In truth, it seems that young Papdopoulos was a real piece of work. Despite being wholly unqualified, he got himself signed as a foreign policy specialist—first by the clownish Carson campaign, then by the clownish caravan working for Candidate Trump.
For those who want to hang him on cable, his youth and his apparent idiocy can't helpfully be acknowledged. Instead, we're asked to focus on a single event—Candidate Trump's meeting with the Washington Post editorial board on March 21, 2016, during which he introduced Papadopoulos to the waiting world.
Inquiring minds were starting to ask if the frequently puzzling Candidate Trump had any foreign policy advisers, or knowledge, at all. Within that context, Trump ridiculously made the remarks shown below as he spoke with Frederick J. Ryan Jr., the newspaper's little-known publisher.
These comments came right at the start of the meeting. For the full audiotape, you can just click here:
RYAN (3/21/16): Mr. Trump, welcome to the Washington Post. Thank you for making time to meet with our editorial board.In that ridiculous moment, Trump introduced his foreign policy brain trust to the world. In no small part because of its inclusion of Papadopoulos, it was a truly ridiculous list, as people quickly noted. We ask you to notice these facts:
TRUMP: New building. This is very nice. Good luck with it.
RYAN: Even perhaps we heard you might be announcing your foreign policy advisory team soon. If there's anything you can share on that?
TRUMP: We are going to be doing that, in fact, very soon. I'd say during the week we'll be announcing some names. We always will.
RYAN: Any names you can start off with this morning with us?
TRUMP: Well, you know, I hadn’t thought of doing it, but if you want I can give you some of the names. I wouldn't mind.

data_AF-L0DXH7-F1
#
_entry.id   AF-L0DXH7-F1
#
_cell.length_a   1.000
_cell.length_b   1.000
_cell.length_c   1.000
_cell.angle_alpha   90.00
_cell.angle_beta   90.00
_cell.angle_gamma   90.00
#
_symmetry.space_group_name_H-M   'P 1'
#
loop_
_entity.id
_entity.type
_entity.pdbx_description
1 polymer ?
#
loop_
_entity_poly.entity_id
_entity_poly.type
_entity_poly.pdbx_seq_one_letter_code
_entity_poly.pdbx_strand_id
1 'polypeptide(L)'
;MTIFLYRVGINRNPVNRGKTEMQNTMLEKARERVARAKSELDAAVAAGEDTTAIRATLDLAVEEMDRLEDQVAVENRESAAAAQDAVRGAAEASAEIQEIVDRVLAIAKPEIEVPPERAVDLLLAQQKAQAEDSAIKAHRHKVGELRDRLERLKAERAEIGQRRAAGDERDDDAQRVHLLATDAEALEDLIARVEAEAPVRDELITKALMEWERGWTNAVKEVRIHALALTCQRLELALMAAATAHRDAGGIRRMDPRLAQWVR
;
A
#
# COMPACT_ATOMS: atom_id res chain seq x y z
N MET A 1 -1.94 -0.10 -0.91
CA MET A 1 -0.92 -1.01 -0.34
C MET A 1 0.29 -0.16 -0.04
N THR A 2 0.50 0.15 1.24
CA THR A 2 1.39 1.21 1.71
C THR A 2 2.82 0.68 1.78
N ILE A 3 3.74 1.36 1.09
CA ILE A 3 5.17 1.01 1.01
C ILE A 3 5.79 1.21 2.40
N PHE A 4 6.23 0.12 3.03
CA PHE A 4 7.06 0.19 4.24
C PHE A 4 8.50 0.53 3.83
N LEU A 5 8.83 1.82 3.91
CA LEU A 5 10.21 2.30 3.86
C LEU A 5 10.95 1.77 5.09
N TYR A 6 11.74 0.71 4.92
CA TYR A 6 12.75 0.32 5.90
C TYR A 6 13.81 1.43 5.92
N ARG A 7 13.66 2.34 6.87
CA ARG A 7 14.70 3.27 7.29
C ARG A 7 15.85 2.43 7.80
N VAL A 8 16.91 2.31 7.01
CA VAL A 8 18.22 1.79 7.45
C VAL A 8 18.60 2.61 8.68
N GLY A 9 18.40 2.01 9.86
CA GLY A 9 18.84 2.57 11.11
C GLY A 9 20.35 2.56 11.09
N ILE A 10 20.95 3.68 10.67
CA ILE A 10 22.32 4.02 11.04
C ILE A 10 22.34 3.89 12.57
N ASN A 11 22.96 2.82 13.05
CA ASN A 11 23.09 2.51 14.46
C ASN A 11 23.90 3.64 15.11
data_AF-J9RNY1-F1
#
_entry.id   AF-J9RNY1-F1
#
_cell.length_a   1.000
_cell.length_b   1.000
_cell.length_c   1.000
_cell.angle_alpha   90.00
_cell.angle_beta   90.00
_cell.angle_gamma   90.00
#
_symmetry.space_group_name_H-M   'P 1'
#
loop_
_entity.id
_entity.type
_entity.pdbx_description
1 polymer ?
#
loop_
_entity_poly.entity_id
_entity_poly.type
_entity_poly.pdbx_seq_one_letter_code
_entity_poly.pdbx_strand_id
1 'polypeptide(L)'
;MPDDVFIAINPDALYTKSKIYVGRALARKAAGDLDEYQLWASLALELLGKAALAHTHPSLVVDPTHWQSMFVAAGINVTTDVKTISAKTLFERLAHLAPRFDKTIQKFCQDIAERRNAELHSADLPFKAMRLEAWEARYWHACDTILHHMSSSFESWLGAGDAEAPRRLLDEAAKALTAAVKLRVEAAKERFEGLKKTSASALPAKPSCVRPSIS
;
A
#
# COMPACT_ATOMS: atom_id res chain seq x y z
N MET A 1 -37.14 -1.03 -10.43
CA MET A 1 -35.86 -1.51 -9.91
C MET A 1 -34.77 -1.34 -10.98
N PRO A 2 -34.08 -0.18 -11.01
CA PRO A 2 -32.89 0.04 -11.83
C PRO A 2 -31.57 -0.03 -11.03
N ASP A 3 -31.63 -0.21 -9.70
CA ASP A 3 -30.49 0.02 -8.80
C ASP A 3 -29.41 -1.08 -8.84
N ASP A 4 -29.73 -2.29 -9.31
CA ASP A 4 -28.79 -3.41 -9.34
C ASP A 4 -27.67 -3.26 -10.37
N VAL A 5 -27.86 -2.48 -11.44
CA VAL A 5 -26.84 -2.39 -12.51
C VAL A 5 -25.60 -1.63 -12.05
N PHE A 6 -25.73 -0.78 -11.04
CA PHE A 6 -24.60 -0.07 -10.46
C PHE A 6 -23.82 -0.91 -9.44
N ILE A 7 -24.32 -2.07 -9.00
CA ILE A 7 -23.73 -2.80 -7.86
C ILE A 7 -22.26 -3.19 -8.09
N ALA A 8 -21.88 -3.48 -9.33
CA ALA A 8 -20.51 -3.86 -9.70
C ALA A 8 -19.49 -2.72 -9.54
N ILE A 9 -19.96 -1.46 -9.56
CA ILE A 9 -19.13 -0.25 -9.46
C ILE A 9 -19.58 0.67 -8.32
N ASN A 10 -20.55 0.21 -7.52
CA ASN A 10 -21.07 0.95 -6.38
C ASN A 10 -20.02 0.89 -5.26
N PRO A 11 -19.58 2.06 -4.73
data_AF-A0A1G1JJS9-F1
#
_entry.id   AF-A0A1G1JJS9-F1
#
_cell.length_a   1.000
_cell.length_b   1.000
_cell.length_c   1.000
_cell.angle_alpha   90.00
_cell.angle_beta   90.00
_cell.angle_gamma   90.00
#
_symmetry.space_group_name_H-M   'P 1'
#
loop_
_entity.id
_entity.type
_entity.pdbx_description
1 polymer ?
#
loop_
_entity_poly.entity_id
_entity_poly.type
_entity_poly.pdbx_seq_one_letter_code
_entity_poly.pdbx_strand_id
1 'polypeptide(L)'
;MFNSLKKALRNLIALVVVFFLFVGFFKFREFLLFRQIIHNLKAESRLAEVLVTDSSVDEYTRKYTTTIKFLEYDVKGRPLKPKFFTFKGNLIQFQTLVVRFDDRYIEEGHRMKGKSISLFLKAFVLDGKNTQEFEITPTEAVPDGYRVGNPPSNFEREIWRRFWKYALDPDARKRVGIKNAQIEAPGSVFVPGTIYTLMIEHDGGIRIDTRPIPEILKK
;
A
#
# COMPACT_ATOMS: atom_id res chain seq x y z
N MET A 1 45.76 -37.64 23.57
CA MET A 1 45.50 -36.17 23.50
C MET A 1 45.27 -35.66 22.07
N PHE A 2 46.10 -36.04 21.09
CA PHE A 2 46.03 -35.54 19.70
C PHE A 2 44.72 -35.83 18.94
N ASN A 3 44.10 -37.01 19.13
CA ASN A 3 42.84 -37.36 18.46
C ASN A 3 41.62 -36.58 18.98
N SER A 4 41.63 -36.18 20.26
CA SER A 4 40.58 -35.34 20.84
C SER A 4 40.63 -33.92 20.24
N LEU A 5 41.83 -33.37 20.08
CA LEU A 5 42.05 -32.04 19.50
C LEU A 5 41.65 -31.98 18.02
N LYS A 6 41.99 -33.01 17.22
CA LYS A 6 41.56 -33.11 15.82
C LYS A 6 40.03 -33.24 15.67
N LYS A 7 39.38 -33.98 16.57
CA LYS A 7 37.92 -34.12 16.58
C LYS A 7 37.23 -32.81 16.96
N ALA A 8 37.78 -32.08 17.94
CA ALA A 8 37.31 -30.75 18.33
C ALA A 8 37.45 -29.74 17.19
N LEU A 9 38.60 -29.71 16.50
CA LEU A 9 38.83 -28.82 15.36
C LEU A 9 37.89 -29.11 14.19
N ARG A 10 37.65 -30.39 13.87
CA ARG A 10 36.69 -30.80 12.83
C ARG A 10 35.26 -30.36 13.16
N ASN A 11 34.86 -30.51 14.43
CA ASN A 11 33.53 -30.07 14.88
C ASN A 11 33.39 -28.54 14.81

Corey, do you have that list? I can be a little more accurate with that?
[PAUSE FOR LIST]
OK, you ready?
Walid Phares, who you probably know, PhD, adviser to the House of Representatives caucus, and counter-terrorism expert.
Carter Page, Ph.D.
George Papadopoulos, he's an oil and energy consultant, excellent guy.
The honorable Joe Schmitz, inspector general at the Department of Defense.
Lt. Gen. Keith Kellogg.
And I have quite a few more. But that’s a group of some of the people that we are dealing with. We have many other people in different aspects of what we do, but that’s a pretty representative group.
Trump seemed to know very little about the people on this ridiculous list. For example, note the sheer absurdity of this description:
"Carter Page, Ph.D."
Carter Page, Ph.D.! That seemed to be all the candidate had about one of his five advisers!
We also ask you to notice the fact that Trump had to be given a written list of names, from which he apparently read, before he could list his advisers. Aside from the fact that this was a very unimpressive list, Trump seemed unable to provide it without employing a cheat sheet.
On cable. this silly piece of audiotape has long been used to tell the world that Carter Page was a top adviser to Trump. Now that the ridiculous Papadopoulos has pleaded guilty to lying, this ridiculous moment is being used to establish the youngster's high importance within the Trump campaign.
By now, everyone has done this on cable. Here is Margaret Hartmann, telling the story the pleasing way for New York magazine: